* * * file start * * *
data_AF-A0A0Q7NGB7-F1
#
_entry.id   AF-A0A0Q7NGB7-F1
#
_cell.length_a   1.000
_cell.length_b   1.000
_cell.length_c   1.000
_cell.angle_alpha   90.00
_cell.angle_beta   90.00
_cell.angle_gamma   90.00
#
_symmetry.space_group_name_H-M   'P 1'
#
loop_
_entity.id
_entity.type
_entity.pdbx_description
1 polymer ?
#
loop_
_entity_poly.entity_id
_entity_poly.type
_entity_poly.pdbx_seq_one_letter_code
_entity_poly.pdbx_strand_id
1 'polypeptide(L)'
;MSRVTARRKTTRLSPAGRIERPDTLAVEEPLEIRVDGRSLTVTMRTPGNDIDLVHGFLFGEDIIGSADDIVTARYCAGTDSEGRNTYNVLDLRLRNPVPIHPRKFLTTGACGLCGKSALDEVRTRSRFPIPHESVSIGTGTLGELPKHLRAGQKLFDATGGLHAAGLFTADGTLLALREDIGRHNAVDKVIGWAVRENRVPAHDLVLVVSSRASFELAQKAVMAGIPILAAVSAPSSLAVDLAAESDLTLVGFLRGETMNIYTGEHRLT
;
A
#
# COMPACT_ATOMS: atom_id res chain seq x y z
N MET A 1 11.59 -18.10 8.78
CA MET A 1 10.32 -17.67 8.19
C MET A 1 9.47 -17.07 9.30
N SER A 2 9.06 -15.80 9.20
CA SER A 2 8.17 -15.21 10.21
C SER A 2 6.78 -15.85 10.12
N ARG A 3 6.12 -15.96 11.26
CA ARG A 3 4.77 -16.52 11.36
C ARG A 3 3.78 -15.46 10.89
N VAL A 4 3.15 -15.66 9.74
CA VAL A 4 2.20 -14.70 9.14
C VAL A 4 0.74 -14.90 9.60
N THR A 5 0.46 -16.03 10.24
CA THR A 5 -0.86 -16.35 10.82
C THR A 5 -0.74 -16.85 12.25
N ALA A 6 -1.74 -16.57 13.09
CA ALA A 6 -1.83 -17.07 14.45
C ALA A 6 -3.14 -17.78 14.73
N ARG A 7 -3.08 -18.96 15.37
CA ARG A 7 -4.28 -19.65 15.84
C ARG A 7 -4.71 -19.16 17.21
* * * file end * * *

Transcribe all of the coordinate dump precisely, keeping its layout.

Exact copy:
data_AF-A0A0Q7NGB7-F1
#
_entry.id   AF-A0A0Q7NGB7-F1
#
_cell.length_a   1.000
_cell.length_b   1.000
_cell.length_c   1.000
_cell.angle_alpha   90.00
_cell.angle_beta   90.00
_cell.angle_gamma   90.00
#
_symmetry.space_group_name_H-M   'P 1'
#
loop_
_entity.id
_entity.type
_entity.pdbx_description
1 polymer ?
#
loop_
_entity_poly.entity_id
_entity_poly.type
_entity_poly.pdbx_seq_one_letter_code
_entity_poly.pdbx_strand_id
1 'polypeptide(L)'
;MSRVTARRKTTRLSPAGRIERPDTLAVEEPLEIRVDGRSLTVTMRTPGNDIDLVHGFLFGEDIIGSADDIVTARYCAGTDSEGRNTYNVLDLRLRNPVPIHPRKFLTTGACGLCGKSALDEVRTRSRFPIPHESVSIGTGTLGELPKHLRAGQKLFDATGGLHAAGLFTADGTLLALREDIGRHNAVDKVIGWAVRENRVPAHDLVLVVSSRASFELAQKAVMAGIPILAAVSAPSSLAVDLAAESDLTLVGFLRGETMNIYTGEHRLT
;
A
#
# COMPACT_ATOMS: atom_id res chain seq x y z
N MET A 1 11.59 -18.10 8.78
CA MET A 1 10.32 -17.67 8.19
C MET A 1 9.47 -17.07 9.30
N SER A 2 9.06 -15.80 9.20
CA SER A 2 8.17 -15.21 10.21
C SER A 2 6.78 -15.85 10.12
N ARG A 3 6.12 -15.96 11.26
CA ARG A 3 4.77 -16.52 11.36
C ARG A 3 3.78 -15.46 10.89
N VAL A 4 3.15 -15.66 9.74
CA VAL A 4 2.20 -14.70 9.14
C VAL A 4 0.74 -14.90 9.60
N THR A 5 0.46 -16.03 10.24
CA THR A 5 -0.86 -16.35 10.82
C THR A 5 -0.74 -16.85 12.25
N ALA A 6 -1.74 -16.57 13.09
CA ALA A 6 -1.83 -17.07 14.45
C ALA A 6 -3.14 -17.78 14.73
N ARG A 7 -3.08 -18.96 15.37
CA ARG A 7 -4.28 -19.65 15.84
C ARG A 7 -4.71 -19.16 17.21